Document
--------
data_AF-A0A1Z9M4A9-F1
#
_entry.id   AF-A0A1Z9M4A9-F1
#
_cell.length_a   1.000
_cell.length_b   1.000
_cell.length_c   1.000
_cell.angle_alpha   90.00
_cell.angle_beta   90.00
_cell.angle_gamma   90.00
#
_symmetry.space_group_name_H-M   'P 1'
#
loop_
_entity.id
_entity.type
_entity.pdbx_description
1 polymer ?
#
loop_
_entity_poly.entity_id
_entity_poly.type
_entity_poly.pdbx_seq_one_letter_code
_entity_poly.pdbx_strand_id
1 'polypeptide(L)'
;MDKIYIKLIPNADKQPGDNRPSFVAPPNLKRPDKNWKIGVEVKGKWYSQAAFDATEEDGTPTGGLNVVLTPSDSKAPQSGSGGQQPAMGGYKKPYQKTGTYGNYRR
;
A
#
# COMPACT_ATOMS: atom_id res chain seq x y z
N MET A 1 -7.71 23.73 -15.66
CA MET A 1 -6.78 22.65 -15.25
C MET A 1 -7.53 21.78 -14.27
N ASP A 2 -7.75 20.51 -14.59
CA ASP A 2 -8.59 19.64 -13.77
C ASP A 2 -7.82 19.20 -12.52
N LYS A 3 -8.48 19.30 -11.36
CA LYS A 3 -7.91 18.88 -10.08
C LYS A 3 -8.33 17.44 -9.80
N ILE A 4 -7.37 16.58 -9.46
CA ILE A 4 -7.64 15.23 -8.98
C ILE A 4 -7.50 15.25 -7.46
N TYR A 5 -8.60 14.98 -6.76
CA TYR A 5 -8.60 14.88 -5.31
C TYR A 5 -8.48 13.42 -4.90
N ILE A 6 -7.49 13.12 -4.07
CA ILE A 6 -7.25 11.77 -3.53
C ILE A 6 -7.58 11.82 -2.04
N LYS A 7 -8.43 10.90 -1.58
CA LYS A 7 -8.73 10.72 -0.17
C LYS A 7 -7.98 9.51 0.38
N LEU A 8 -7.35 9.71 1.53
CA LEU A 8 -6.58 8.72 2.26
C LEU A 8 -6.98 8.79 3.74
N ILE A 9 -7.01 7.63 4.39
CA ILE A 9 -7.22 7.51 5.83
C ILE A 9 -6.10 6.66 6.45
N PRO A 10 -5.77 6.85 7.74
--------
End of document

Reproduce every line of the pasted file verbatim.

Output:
data_AF-A0A1Z9M4A9-F1
#
_entry.id   AF-A0A1Z9M4A9-F1
#
_cell.length_a   1.000
_cell.length_b   1.000
_cell.length_c   1.000
_cell.angle_alpha   90.00
_cell.angle_beta   90.00
_cell.angle_gamma   90.00
#
_symmetry.space_group_name_H-M   'P 1'
#
loop_
_entity.id
_entity.type
_entity.pdbx_description
1 polymer ?
#
loop_
_entity_poly.entity_id
_entity_poly.type
_entity_poly.pdbx_seq_one_letter_code
_entity_poly.pdbx_strand_id
1 'polypeptide(L)'
;MDKIYIKLIPNADKQPGDNRPSFVAPPNLKRPDKNWKIGVEVKGKWYSQAAFDATEEDGTPTGGLNVVLTPSDSKAPQSGSGGQQPAMGGYKKPYQKTGTYGNYRR
;
A
#
# COMPACT_ATOMS: atom_id res chain seq x y z
N MET A 1 -7.71 23.73 -15.66
CA MET A 1 -6.78 22.65 -15.25
C MET A 1 -7.53 21.78 -14.27
N ASP A 2 -7.75 20.51 -14.59
CA ASP A 2 -8.59 19.64 -13.77
C ASP A 2 -7.82 19.20 -12.52
N LYS A 3 -8.48 19.30 -11.36
CA LYS A 3 -7.91 18.88 -10.08
C LYS A 3 -8.33 17.44 -9.80
N ILE A 4 -7.37 16.58 -9.46
CA ILE A 4 -7.64 15.23 -8.98
C ILE A 4 -7.50 15.25 -7.46
N TYR A 5 -8.60 14.98 -6.76
CA TYR A 5 -8.60 14.88 -5.31
C TYR A 5 -8.48 13.42 -4.90
N ILE A 6 -7.49 13.12 -4.07
CA ILE A 6 -7.25 11.77 -3.53
C ILE A 6 -7.58 11.82 -2.04
N LYS A 7 -8.43 10.90 -1.58
CA LYS A 7 -8.73 10.72 -0.17
C LYS A 7 -7.98 9.51 0.38
N LEU A 8 -7.35 9.71 1.53
CA LEU A 8 -6.58 8.72 2.26
C LEU A 8 -6.98 8.79 3.74
N ILE A 9 -7.01 7.63 4.39
CA ILE A 9 -7.22 7.51 5.83
C ILE A 9 -6.10 6.66 6.45
N PRO A 10 -5.77 6.85 7.74